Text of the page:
When did you last visit a supermarket or a department store? Probably within the last week – most of us do. But did you find what you wanted the moment you walked in the store? Probably not. Either you knew roughly where the item you wanted would be and you headed off to that part of the store, or you had to look around.
That’s precisely what retailers want. They don’t want you to go straight to what you intend buying. They want you to have to hunt for it and get distracted by all those tempting offers you have to pass by. I remember once in my local Tesco stunning the checkout operator with my quip as she asked for £140. “Gosh,” I said, “and I only came in for cat food.”
But that’s typical of many large store shoppers – the retailers are glad to say. We go in full of intentions to buy just one thing, but come out having bought some others along the way. Beware, for instance the “gondola end”. This is the little bit of shelving at the ends of the aisles in a supermarket. As we turn our trolleys round the corners we cannot help but notice those tempting offers. And guess which items get put in “gondola ends”? The ones with the highest margins. Not only are we tempted, but by falling into the supermarket’s trap we are also boosting their coffers by purchasing higher profit items than from the ordinary shelves.
Without “gondola ends” and without people wandering around their shops, supermarkets and department stores would find a rapid fall in profits. But they are in for a shock.
Thanks to the Internet our attention spans are reducing and we are increasingly expecting “instant” solutions. Web sites rarely get anyone’s attention beyond a second; if we cannot find what we are looking for in an instant, we go away. Online we do not do what we do in a retail shop for instance. We don’t wander around the web site, trying to find what we want and then getting tempted along the way by the web site equivalent of the “gondola end”. No; what we do is have a look – “is it here?” – No! We’re off…!
For the past few years, supermarkets and online retailers have been experimenting with all sorts of devices to try and replicate their offline stores in a web site. Each attempt has failed. What works for Tesco is a massive email marketing campaign that points to specific products – it’s not an invitation to have a look around, rather the email marketing is an invitation to either buy a specific product or ignore it. A friend of mine likens Internet marketing to a simple phrase from rather shady sales people: “Do you wanna buy it or what?”.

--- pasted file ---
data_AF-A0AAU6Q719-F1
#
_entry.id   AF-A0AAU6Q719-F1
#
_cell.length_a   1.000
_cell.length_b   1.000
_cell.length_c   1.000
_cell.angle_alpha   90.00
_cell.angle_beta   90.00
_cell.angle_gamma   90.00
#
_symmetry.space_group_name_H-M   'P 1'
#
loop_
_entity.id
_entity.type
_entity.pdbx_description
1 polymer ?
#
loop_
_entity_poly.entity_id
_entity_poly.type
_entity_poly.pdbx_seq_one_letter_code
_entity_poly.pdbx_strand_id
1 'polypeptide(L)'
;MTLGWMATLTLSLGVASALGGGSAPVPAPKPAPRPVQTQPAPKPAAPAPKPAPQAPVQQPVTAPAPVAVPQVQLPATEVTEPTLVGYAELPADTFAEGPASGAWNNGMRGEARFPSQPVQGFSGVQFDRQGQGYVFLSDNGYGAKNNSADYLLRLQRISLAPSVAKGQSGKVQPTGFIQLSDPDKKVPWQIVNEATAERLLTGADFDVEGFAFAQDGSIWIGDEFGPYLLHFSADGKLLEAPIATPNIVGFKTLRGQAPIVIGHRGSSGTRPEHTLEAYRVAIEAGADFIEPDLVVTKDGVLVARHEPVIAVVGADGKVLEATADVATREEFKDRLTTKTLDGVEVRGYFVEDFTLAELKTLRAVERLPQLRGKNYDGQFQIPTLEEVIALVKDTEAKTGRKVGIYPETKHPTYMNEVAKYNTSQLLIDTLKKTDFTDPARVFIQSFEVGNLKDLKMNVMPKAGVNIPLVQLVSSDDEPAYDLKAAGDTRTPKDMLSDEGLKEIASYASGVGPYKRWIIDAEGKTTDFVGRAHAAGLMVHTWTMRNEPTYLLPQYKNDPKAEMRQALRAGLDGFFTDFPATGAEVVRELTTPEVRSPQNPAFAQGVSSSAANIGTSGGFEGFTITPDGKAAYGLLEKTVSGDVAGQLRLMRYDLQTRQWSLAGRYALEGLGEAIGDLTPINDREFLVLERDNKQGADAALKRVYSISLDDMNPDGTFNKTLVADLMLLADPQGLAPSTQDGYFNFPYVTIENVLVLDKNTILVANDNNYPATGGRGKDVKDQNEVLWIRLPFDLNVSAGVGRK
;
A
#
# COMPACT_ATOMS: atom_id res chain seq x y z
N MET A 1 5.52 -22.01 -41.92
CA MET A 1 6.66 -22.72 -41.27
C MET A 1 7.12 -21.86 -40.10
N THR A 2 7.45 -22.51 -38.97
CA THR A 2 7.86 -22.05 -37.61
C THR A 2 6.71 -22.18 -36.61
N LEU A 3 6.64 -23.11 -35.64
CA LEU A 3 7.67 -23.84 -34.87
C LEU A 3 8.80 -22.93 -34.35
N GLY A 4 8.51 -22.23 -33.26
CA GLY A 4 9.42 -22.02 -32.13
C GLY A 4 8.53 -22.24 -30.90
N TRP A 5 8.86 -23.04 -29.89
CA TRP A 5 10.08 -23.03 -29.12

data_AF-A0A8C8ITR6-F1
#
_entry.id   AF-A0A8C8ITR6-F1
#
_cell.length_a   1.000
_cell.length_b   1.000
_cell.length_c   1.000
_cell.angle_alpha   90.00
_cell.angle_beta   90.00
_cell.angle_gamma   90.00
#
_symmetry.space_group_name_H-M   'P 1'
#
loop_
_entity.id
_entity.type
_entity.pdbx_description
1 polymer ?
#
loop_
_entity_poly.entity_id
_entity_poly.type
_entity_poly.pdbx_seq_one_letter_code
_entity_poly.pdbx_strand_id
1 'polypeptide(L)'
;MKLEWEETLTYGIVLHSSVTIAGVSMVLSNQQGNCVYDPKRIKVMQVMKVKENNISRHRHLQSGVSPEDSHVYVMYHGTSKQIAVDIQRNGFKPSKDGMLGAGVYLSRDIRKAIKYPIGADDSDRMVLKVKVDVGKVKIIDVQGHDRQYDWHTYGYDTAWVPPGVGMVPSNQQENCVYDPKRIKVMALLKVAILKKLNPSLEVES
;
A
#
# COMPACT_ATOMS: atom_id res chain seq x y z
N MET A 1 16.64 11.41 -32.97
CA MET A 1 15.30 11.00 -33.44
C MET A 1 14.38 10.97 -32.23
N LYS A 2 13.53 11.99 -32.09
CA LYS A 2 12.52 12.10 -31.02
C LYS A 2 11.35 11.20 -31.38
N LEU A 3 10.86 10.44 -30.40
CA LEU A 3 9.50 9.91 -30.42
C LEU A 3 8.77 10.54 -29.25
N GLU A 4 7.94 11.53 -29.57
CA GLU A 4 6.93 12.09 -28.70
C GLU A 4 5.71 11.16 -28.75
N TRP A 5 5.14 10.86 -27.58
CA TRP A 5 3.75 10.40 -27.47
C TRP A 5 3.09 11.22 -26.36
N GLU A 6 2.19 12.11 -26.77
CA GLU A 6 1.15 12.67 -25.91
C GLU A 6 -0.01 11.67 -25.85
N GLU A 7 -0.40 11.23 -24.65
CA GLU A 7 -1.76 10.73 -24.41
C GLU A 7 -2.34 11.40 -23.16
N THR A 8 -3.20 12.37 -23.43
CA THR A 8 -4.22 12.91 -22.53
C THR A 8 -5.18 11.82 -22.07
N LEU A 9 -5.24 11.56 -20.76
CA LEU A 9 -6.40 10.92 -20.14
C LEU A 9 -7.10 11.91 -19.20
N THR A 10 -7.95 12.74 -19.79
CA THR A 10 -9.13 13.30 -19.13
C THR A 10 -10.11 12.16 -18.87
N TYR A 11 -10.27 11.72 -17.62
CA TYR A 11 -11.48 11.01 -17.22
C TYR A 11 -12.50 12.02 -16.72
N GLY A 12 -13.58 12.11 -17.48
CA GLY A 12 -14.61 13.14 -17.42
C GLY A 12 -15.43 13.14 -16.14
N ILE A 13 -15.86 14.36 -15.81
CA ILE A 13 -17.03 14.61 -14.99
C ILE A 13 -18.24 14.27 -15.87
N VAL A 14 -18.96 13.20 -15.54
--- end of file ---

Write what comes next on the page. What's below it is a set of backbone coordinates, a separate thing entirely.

In other words, online it’s a one-hit wonder. Buy this or go away. That’s not what traditional retail is like. But as more and more people buy more and more things online, your average High Street shop is going to be faced with lower conversions from existing footfall. People will walk in to a store and if they can’t find what they want right away – they’ll be off, to buy it online.
Far from the way we behave online being influenced by what we have always done offline, it is going to be the other way round. Our offline shopping behaviour is bound to be influenced by our online experience. And if you’re not sure – next time you are in that local supermarket, check your frustration levels if you can’t find what you want; or worse, if they have moved the shelves around – again…!
Graham Jones is an Internet Psychologist who studies the way people use the online world, in particular how people engage with businesses. He uses this knowledge to help companies improve their online connections to their customers and potential customers and offers consultancy, workshops, masterclasses and webinars. He also speaks regularly at conferences and business events. Graham is an award-winning writer and the author of 32 books, several of which are about various aspects of the Internet. For more information connect with me on Google+